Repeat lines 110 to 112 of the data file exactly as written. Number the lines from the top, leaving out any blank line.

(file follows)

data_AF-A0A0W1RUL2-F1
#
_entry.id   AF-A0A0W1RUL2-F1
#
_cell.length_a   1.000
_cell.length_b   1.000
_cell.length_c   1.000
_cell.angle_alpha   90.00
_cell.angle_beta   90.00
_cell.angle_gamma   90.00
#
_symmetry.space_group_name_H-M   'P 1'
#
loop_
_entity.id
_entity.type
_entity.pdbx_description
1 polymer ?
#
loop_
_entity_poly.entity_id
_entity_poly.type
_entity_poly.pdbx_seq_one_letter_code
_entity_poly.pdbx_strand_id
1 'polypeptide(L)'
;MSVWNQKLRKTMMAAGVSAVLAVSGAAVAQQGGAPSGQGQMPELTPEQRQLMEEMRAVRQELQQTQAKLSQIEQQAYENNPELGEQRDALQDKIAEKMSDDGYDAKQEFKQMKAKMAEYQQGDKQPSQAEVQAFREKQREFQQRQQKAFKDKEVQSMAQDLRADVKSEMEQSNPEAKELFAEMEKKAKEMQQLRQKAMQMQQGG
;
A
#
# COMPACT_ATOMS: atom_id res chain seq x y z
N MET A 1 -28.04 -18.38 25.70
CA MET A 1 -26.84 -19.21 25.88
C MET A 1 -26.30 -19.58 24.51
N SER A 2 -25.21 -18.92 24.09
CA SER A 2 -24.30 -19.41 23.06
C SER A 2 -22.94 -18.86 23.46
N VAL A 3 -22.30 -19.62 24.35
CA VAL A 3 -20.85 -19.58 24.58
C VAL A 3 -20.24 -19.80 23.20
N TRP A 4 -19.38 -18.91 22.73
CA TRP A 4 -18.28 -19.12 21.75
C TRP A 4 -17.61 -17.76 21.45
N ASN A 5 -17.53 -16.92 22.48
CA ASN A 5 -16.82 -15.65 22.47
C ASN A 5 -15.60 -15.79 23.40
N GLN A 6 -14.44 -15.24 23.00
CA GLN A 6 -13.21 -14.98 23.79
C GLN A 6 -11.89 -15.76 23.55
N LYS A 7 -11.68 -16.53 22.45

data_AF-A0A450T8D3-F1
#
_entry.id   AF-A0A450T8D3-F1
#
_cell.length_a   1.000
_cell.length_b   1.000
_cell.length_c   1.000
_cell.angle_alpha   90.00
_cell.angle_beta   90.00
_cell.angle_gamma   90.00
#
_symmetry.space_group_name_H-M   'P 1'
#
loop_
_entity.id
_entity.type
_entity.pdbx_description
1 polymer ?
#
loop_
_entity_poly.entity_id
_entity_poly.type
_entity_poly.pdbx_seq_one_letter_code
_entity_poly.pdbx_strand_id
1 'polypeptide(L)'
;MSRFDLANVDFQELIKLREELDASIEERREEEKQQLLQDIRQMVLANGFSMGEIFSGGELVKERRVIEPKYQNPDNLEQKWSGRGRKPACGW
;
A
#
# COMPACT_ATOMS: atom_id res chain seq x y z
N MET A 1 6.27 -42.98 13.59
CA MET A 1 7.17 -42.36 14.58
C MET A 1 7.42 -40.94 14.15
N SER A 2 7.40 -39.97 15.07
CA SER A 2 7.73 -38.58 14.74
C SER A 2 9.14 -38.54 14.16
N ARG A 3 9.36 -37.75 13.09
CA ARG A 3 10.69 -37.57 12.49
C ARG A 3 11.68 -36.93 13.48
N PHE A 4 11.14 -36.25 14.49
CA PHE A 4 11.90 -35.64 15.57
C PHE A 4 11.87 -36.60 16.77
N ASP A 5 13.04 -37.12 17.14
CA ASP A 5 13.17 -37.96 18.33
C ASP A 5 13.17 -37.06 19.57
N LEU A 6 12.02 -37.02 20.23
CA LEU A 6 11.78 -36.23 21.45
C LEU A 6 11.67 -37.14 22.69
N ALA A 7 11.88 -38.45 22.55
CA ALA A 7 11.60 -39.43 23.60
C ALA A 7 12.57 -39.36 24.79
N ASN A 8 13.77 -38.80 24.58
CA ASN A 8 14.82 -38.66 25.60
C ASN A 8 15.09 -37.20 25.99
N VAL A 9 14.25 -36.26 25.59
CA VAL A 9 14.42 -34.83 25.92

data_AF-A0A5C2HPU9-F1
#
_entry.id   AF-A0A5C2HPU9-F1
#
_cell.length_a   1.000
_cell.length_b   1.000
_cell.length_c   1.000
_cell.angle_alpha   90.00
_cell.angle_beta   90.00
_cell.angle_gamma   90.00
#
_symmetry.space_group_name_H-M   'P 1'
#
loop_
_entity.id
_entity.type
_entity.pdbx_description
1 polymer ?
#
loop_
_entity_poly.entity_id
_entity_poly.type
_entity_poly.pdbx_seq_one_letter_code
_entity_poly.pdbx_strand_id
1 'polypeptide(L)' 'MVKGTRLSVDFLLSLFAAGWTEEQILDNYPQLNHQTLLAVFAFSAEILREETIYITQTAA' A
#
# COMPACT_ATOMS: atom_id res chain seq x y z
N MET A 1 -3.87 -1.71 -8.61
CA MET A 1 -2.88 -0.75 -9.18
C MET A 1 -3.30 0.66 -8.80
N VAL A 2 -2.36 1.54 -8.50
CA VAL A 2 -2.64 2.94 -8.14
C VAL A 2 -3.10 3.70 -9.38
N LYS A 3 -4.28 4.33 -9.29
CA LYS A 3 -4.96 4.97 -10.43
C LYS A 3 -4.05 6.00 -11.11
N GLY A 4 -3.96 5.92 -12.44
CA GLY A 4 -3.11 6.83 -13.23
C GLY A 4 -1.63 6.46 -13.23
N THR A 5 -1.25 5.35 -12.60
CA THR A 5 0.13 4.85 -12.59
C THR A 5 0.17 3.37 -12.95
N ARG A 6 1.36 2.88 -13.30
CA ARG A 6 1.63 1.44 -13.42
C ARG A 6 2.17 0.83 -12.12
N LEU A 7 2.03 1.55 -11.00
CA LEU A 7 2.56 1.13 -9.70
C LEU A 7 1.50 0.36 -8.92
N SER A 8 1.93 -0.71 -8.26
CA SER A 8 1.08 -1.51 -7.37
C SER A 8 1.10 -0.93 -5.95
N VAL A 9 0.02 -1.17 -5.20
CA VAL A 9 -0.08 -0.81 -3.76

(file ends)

_cell.length_a   1.000
_cell.length_b   1.000
_cell.length_c   1.000